Morgan Maassen is one of the best behind the camera in all of surfing. He’s got a particular style that no one else does better. He’s been at it for a long time now, and in the course of his travels, he’s documented some of the finest surfers on earth. But it all started somewhere, and it basically started with Soli Bailey.
“Ten years ago, an Australian surf magazine editor handed me one of my first photography assignments and said ‘capture Soli,'” Maassen explained. “We had only a few hours together, shooting portraits and action on a small day in Hawaii, but I was immediately struck by the incredible demeanor of the teenager. Polite, quiet, but so fiercely determined to make his mark, Soli was rising through the junior ranks and dreaming of making the World Tour.”
It wasn’t until last year, however, that Maassen was finally able to watch Bailey grab onto his dream of surfing on the CT. It’s not an easy thing, though, surfing your way into the top ranks. It’s an enjoyable thing, but not easy. “The highs of his performances in incredible surf, and lows of watching him struggle with the complexities – and literal luck – that comes with being a professional surfer, was nothing short of amazing,” Maassen said, “and as I release this short film, I cannot express how proud I am of this human’s fruition into a young adult who surfs with incredible talent and carries the flag for Indigenous Australians with dignity.”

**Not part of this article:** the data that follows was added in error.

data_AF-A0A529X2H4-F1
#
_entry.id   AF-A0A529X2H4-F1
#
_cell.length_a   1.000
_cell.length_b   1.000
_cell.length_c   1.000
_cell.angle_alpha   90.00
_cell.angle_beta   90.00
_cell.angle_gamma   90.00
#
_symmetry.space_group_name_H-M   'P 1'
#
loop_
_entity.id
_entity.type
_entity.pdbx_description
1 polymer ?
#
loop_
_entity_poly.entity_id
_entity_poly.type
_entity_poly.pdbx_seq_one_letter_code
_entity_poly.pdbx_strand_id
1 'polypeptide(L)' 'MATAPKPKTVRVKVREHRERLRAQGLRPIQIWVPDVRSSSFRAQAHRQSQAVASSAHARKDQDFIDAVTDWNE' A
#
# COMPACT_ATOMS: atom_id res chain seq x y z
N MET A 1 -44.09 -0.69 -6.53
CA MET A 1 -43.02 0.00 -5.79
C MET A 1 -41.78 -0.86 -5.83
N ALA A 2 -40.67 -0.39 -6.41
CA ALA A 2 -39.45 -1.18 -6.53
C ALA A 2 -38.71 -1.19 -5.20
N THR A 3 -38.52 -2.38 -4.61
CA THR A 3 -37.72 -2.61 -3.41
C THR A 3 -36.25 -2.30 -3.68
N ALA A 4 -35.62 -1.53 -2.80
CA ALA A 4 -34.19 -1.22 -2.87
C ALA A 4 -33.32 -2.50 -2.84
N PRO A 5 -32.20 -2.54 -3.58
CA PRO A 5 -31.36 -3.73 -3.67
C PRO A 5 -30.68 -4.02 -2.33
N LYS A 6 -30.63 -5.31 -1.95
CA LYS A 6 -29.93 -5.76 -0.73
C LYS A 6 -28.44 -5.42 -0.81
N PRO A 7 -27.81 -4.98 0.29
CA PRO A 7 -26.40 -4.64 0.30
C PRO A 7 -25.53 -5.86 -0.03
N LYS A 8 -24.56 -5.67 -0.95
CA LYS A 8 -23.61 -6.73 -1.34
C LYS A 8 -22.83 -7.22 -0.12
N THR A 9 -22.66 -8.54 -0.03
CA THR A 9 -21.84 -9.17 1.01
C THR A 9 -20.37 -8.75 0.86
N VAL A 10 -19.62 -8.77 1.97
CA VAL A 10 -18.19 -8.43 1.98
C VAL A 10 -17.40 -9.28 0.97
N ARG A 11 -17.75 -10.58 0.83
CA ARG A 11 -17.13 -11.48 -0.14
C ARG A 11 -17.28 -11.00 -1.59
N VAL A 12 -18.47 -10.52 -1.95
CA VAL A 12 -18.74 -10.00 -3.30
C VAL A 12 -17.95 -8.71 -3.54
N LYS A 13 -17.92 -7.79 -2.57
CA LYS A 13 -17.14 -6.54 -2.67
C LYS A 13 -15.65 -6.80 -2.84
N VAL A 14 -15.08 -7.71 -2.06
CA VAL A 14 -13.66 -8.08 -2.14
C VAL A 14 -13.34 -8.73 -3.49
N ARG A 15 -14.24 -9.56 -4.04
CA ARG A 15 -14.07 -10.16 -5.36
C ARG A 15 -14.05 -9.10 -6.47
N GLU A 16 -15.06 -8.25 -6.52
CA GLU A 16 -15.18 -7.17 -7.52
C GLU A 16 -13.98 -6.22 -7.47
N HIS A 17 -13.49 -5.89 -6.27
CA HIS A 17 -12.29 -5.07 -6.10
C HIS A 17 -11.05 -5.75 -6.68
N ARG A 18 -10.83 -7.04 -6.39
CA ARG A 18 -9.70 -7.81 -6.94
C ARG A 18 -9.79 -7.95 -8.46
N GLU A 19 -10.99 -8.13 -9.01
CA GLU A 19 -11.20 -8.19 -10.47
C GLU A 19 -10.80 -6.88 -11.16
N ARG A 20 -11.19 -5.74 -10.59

Over the years, as people who surf or document surfing are prone to doing, Bailey and Maassen bumped into each other relatively often. “As time went on, we crossed paths countless times in random, far-flung places,” Maassen continued.
The short film follows Bailey across Australia, Indonesia, South Africa, and Hawaii, where they scored some truly world-class waves.